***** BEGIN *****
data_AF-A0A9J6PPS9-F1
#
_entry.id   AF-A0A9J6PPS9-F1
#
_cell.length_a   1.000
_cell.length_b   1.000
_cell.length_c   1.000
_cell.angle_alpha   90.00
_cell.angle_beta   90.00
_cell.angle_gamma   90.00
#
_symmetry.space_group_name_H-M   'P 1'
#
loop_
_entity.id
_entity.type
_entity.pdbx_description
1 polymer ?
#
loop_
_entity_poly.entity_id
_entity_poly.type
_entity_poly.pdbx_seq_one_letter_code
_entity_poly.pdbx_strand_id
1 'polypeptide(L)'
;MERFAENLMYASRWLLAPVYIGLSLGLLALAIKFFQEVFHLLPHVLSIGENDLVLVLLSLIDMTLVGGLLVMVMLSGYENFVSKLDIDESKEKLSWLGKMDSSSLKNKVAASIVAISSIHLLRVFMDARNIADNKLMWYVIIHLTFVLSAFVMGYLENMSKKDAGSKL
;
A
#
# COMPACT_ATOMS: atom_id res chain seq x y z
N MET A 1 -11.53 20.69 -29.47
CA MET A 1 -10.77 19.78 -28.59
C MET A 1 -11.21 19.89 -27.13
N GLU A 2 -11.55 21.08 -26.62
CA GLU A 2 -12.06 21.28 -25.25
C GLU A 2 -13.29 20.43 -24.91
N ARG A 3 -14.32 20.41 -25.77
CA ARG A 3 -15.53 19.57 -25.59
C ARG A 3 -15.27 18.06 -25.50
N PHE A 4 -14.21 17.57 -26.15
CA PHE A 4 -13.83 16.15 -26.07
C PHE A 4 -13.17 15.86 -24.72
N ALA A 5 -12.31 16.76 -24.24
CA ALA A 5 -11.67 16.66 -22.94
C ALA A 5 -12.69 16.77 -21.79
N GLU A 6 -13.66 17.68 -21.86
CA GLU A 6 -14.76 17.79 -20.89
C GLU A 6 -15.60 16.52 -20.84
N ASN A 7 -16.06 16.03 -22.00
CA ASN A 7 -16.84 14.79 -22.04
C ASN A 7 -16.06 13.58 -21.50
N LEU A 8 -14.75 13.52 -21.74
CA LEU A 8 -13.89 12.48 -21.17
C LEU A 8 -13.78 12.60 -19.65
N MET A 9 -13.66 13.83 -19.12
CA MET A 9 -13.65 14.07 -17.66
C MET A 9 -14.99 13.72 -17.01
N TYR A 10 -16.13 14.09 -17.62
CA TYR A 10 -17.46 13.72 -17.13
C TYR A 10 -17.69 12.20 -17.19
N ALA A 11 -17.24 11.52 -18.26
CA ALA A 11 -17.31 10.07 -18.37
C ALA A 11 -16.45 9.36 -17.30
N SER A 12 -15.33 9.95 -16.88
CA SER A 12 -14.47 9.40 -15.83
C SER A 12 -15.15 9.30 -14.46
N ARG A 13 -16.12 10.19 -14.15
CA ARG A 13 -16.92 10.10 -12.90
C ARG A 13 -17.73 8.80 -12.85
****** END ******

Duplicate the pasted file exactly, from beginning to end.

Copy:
data_AF-A0A9J6PPS9-F1
#
_entry.id   AF-A0A9J6PPS9-F1
#
_cell.length_a   1.000
_cell.length_b   1.000
_cell.length_c   1.000
_cell.angle_alpha   90.00
_cell.angle_beta   90.00
_cell.angle_gamma   90.00
#
_symmetry.space_group_name_H-M   'P 1'
#
loop_
_entity.id
_entity.type
_entity.pdbx_description
1 polymer ?
#
loop_
_entity_poly.entity_id
_entity_poly.type
_entity_poly.pdbx_seq_one_letter_code
_entity_poly.pdbx_strand_id
1 'polypeptide(L)'
;MERFAENLMYASRWLLAPVYIGLSLGLLALAIKFFQEVFHLLPHVLSIGENDLVLVLLSLIDMTLVGGLLVMVMLSGYENFVSKLDIDESKEKLSWLGKMDSSSLKNKVAASIVAISSIHLLRVFMDARNIADNKLMWYVIIHLTFVLSAFVMGYLENMSKKDAGSKL
;
A
#
# COMPACT_ATOMS: atom_id res chain seq x y z
N MET A 1 -11.53 20.69 -29.47
CA MET A 1 -10.77 19.78 -28.59
C MET A 1 -11.21 19.89 -27.13
N GLU A 2 -11.55 21.08 -26.62
CA GLU A 2 -12.06 21.28 -25.25
C GLU A 2 -13.29 20.43 -24.91
N ARG A 3 -14.32 20.41 -25.77
CA ARG A 3 -15.53 19.57 -25.59
C ARG A 3 -15.27 18.06 -25.50
N PHE A 4 -14.21 17.57 -26.15
CA PHE A 4 -13.83 16.15 -26.07
C PHE A 4 -13.17 15.86 -24.72
N ALA A 5 -12.31 16.76 -24.24
CA ALA A 5 -11.67 16.66 -22.94
C ALA A 5 -12.69 16.77 -21.79
N GLU A 6 -13.66 17.68 -21.86
CA GLU A 6 -14.76 17.79 -20.89
C GLU A 6 -15.60 16.52 -20.84
N ASN A 7 -16.06 16.03 -22.00
CA ASN A 7 -16.84 14.79 -22.04
C ASN A 7 -16.06 13.58 -21.50
N LEU A 8 -14.75 13.52 -21.74
CA LEU A 8 -13.89 12.48 -21.17
C LEU A 8 -13.78 12.60 -19.65
N MET A 9 -13.66 13.83 -19.12
CA MET A 9 -13.65 14.07 -17.66
C MET A 9 -14.99 13.72 -17.01
N TYR A 10 -16.13 14.09 -17.62
CA TYR A 10 -17.46 13.72 -17.13
C TYR A 10 -17.69 12.20 -17.19
N ALA A 11 -17.24 11.52 -18.26
CA ALA A 11 -17.31 10.07 -18.37
C ALA A 11 -16.45 9.36 -17.30
N SER A 12 -15.33 9.95 -16.88
CA SER A 12 -14.47 9.40 -15.83
C SER A 12 -15.15 9.30 -14.46
N ARG A 13 -16.12 10.19 -14.15
CA ARG A 13 -16.92 10.10 -12.90
C ARG A 13 -17.73 8.80 -12.85